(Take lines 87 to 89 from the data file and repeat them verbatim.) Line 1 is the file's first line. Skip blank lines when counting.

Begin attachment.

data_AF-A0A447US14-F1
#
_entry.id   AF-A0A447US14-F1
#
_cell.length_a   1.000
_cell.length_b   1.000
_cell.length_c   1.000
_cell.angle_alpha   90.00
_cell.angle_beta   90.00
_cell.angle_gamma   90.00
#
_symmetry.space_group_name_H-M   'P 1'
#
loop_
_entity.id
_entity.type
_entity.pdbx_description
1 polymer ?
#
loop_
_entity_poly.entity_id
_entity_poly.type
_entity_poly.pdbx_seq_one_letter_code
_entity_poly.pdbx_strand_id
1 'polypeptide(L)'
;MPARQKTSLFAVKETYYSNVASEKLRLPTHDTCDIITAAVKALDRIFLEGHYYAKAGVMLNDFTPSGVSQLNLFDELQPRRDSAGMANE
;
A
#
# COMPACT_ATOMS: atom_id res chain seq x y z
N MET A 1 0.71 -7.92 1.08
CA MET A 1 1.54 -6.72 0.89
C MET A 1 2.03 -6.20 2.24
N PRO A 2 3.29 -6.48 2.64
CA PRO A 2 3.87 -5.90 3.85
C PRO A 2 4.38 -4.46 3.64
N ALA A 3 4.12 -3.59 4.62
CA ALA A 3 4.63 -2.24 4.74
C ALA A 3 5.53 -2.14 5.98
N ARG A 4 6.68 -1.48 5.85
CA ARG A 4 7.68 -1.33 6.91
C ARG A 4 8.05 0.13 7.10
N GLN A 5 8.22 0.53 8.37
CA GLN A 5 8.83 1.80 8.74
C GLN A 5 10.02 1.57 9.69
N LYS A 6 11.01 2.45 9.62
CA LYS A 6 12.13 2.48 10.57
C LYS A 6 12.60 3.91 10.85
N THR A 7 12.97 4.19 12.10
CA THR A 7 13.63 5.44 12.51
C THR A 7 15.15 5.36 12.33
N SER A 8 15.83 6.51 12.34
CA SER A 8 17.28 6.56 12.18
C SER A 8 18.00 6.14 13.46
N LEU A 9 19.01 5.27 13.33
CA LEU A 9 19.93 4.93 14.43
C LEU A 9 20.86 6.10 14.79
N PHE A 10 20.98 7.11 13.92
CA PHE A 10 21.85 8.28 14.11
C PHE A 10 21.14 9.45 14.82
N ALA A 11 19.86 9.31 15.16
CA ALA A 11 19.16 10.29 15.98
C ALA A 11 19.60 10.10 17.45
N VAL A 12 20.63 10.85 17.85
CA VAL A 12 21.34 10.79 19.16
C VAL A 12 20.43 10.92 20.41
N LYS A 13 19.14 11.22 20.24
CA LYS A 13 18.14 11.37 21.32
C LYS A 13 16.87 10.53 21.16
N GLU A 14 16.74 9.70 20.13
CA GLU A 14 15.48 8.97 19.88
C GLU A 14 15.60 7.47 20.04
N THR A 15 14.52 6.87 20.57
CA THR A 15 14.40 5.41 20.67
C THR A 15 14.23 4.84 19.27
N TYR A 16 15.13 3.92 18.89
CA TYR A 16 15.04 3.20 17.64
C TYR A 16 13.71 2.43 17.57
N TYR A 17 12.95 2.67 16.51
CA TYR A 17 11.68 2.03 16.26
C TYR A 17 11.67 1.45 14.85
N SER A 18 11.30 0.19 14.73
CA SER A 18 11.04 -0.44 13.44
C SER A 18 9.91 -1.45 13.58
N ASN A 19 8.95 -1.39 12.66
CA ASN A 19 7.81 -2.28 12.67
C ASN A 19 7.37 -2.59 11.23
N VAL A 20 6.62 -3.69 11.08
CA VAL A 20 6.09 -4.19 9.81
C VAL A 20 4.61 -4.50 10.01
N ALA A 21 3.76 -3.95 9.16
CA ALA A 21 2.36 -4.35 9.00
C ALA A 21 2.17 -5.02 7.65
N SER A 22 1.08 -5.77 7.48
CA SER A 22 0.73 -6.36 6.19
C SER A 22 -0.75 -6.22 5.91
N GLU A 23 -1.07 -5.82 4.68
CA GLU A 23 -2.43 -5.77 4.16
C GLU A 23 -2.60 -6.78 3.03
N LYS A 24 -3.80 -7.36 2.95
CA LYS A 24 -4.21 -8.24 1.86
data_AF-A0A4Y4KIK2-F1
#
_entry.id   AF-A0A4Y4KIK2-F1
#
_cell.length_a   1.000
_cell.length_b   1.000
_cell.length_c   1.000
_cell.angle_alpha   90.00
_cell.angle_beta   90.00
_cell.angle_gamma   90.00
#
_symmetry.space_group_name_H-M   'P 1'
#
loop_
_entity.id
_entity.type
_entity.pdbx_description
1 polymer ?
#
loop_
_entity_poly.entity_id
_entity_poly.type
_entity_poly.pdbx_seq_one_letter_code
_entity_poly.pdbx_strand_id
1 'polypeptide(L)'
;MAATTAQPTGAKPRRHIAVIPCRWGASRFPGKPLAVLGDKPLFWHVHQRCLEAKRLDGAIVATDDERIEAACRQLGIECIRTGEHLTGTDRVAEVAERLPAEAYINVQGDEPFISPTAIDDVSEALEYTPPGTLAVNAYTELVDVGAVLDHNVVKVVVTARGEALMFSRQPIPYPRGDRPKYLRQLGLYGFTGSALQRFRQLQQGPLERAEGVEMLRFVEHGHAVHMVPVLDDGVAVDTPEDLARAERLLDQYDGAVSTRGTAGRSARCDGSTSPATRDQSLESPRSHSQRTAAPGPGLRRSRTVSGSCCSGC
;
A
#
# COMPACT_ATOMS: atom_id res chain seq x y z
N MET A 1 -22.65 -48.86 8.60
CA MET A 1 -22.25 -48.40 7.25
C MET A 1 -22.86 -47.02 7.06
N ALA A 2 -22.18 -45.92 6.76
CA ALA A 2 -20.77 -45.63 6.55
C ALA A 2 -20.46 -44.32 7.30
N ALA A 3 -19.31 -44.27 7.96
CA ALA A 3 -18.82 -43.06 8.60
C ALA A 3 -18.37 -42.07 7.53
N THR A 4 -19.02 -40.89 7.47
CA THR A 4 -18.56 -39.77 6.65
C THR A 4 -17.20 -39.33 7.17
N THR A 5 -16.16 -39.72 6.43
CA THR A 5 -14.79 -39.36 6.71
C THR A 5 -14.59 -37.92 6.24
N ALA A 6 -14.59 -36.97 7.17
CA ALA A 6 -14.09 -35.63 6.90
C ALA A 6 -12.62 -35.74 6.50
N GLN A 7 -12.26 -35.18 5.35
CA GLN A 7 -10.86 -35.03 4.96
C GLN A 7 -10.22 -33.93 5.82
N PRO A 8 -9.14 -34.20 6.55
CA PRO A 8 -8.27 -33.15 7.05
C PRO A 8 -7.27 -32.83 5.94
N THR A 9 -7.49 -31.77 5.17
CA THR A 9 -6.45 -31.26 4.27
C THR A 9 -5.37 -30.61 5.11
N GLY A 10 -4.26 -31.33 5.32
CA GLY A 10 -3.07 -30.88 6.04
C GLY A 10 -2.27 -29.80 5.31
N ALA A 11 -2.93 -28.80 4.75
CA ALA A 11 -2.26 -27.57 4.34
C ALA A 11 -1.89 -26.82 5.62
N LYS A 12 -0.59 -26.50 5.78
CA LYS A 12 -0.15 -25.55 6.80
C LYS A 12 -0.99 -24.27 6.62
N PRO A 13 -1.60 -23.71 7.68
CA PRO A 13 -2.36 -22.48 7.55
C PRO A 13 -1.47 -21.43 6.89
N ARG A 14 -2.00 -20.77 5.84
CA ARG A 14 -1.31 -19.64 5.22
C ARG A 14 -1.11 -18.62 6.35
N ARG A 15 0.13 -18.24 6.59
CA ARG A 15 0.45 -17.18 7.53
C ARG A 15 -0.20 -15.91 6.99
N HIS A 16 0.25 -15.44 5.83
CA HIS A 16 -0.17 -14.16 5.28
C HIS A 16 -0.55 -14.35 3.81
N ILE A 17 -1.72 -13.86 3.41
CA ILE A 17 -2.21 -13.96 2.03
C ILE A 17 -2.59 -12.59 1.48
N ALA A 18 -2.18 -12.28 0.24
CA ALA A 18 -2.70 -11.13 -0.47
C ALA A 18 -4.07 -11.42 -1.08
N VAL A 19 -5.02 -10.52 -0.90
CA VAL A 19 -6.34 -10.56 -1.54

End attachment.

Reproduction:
C ASN A 19 7.37 -2.59 11.23
N VAL A 20 6.62 -3.69 11.08
CA VAL A 20 6.09 -4.19 9.81